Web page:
Remembering Ivan Drach - Giant of Ukraine's Independence
|Nadia K. McConnell, Ivan Drach and Amb. Roman Popadiuk (left to right)
Dear Friends and Admirers of Ivan Drach!
It is perhaps very fitting that on just the day after the 4th of July and our celebrating the Independence of America, we at the U.S.-Ukraine Foundation launch our remembrances of Ivan Drach, one of the founders of the Independence of Ukraine. We invite you to share your thoughts, remembrances and photos of Ivan Drach. We were very fortunate to have honored Ivan Drach [photo above] during our Ukraine in Washington event, held on December 1, 2011 on the 20th anniversary of the Independence of Ukraine.
You can submit your remembrances for publication on our website by sending them via email to firstname.lastname@example.org
A Remembrance Curated by the U.S.-Ukraine Foundation - SOURCE
Ivan Drach - Giant of Ukraine's Independence
By Robert A. McConnell
Ivan Drach, a giant in Ukraine's movement to independence died June 19 in Kyiv hospital at the age of 81.
Drach, a long-time member of the Writer's Union of Ukraine, was a respected and award- winning poet and screenwriter. With his poem "Knife in the Sun," he first came into national prominence during "The Thaw" - a brief period of political and cultural liberalization under then Soviet leader Nikita Khrushchev.
Twenty years later, Drach again came to national and international prominence as a political activist during the Soviet Union's Perestroika period in the late 1980s and then during the early years of Ukraine's independence. The numbers of young men from Ukraine lost in the Soviet Union's war in Afghanistan and handling of the Chornobyl explosion led to Ukraine's civil society becoming restless with directives from what was euphemistically known as "the center" (Moscow) and distrustful of leaders in the Kremlin.
In what began in late 1988 as an initiative of the Writer's Union of Ukraine, a year later had become a national movement. In September, 1989, at the founding congress of the "Popular Movement of Ukraine" (Narodniy Rukh Ukrainy), a grassroots opposition movement known worldwide simply as "Rukh," Drach was elected chairman and, subsequently, Mykhailo Horyn, a political dissident who had survived the Soviet Gulag, was elected head of Rukh's secretariat. The pair combined focused vision with determined leadership and guided the organization, and civil society, through a tumultuous period in history.
As Rukh's membership grew throughout Ukraine other prominent dissidents, as well as representatives of major ethnic and religious groups in Ukraine assumed leadership roles. However, Drach, although often understated in his actions, was the recognized leader. With the sensibility of a writer, Drach was eloquent in his expression of Rukh's goals and ideals, particularly emphasizing the inclusivity of Rukh. He always spoke in terms of "people of Ukraine," and not "the Ukrainian people ... CLICK to read more
By Marta Farion, President of the Kyiv Mohyla Foundation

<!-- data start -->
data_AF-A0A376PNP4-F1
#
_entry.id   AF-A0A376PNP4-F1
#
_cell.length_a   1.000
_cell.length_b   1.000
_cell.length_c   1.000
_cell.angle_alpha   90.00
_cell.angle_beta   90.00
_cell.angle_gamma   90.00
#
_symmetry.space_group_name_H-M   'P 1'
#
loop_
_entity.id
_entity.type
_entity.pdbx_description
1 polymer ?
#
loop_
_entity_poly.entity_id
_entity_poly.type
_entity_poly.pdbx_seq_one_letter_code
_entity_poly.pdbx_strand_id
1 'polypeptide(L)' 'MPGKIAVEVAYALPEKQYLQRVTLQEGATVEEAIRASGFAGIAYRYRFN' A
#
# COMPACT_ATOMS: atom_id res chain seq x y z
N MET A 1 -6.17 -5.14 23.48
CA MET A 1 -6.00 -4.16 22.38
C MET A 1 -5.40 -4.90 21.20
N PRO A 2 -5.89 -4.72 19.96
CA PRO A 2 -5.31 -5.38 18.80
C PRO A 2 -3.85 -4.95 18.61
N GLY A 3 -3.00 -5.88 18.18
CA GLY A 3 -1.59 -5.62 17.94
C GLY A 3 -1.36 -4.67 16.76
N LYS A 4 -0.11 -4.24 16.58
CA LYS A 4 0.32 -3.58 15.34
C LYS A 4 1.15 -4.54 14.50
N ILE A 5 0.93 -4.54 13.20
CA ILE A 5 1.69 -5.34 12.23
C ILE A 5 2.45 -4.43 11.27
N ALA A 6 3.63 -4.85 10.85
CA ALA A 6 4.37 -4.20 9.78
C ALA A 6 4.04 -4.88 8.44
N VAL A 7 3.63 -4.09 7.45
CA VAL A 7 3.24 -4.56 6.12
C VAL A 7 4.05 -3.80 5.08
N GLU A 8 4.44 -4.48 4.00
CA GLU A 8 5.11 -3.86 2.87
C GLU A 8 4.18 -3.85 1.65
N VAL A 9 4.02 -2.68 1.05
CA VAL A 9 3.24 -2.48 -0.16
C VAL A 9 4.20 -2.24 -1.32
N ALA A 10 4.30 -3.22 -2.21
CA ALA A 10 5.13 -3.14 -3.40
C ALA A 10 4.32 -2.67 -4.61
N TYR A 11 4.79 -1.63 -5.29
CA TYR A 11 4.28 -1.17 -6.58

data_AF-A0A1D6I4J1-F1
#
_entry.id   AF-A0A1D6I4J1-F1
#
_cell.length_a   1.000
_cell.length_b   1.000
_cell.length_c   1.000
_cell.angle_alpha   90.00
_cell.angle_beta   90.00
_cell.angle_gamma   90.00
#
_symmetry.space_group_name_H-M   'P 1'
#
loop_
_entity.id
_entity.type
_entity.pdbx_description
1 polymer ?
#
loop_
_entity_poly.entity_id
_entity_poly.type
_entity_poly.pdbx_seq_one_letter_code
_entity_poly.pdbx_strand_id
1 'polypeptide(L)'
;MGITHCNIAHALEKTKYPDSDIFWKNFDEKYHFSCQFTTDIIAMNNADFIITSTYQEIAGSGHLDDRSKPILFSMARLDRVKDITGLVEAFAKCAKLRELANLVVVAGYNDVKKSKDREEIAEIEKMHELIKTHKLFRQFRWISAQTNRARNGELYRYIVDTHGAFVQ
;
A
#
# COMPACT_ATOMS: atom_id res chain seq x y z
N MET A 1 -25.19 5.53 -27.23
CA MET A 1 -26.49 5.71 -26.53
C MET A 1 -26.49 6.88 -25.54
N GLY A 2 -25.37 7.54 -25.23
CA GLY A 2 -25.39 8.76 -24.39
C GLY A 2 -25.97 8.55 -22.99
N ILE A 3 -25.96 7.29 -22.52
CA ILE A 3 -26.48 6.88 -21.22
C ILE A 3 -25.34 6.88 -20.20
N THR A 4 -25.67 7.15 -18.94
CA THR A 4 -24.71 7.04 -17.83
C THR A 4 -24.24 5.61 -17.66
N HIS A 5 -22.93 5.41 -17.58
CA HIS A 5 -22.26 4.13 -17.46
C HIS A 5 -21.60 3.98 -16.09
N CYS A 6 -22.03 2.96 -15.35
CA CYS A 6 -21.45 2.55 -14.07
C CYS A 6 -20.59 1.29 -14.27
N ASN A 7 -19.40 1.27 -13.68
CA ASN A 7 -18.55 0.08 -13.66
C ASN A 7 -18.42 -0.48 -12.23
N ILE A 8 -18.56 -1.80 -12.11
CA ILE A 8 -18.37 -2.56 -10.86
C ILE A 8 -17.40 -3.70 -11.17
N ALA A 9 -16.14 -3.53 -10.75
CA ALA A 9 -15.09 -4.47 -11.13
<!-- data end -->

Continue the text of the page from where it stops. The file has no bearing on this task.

IVAN DRACH. Just the mention of his name brings to mind symbols and recognition to every Ukrainian. On June 19, 2018, we bid farewell to Ukraine's bard of poetry, a brilliant screenwriter of award winning films, a leader, a patriot, the first chairman of the Movement for Independence known as RUKH.
My parents' generation followed his writings when he first came to prominence with the publication of his "Ballad for The Sunflower", published in the journal Literaturna Ukraina in 1962. With that poem, he broke the codes of Soviet regimented poetry. He began a cycle in literature that exploded with fantasy and a free spirit, and metaphors - symbols that people interpreted as allusions to their own lives and the fate of the nation. Often called the conscience of the nation, his destiny became intertwined in poetry, cinema, politics, and public activities.
A man of unquenchable thirst for revolt and personal initiative, both in literature and politics, he was driven by a profound concern for Ukraine's destiny and for unity of the nation. "The Sunflower" became an allegory for the poet who must seek higher ground, symbolic of the human being holding his/her head up high like the sunflower, and as a consequence, a symbol of the nation deserving of dignity and freedom, energized and illuminated by the sun, symbolic of a higher Being. At the time, it was revolutionary.
When his friend Dr. Yuriy Shcherbak began to write about the Chornobyl nuclear disaster in 1986, Ivan Drach became enraged by the lack of care and response of the government, and began a cycle of writings and public declarations protesting the catastrophe. His own son Maksym, a medical student at the time, was sent to the zone just days after the disaster without any protection against radiation, eventually causing serious health damage. With the rumblings of protest in the Soviet Union in 1988, his friend and prominent writer Ivan Dziuba advised him to leave poetry, leave everything else, and use his stature to engage in Ukraine's political struggle for independence ... CLICK to read more
By Eleanor Fishel, from Her Student Days in Kyiv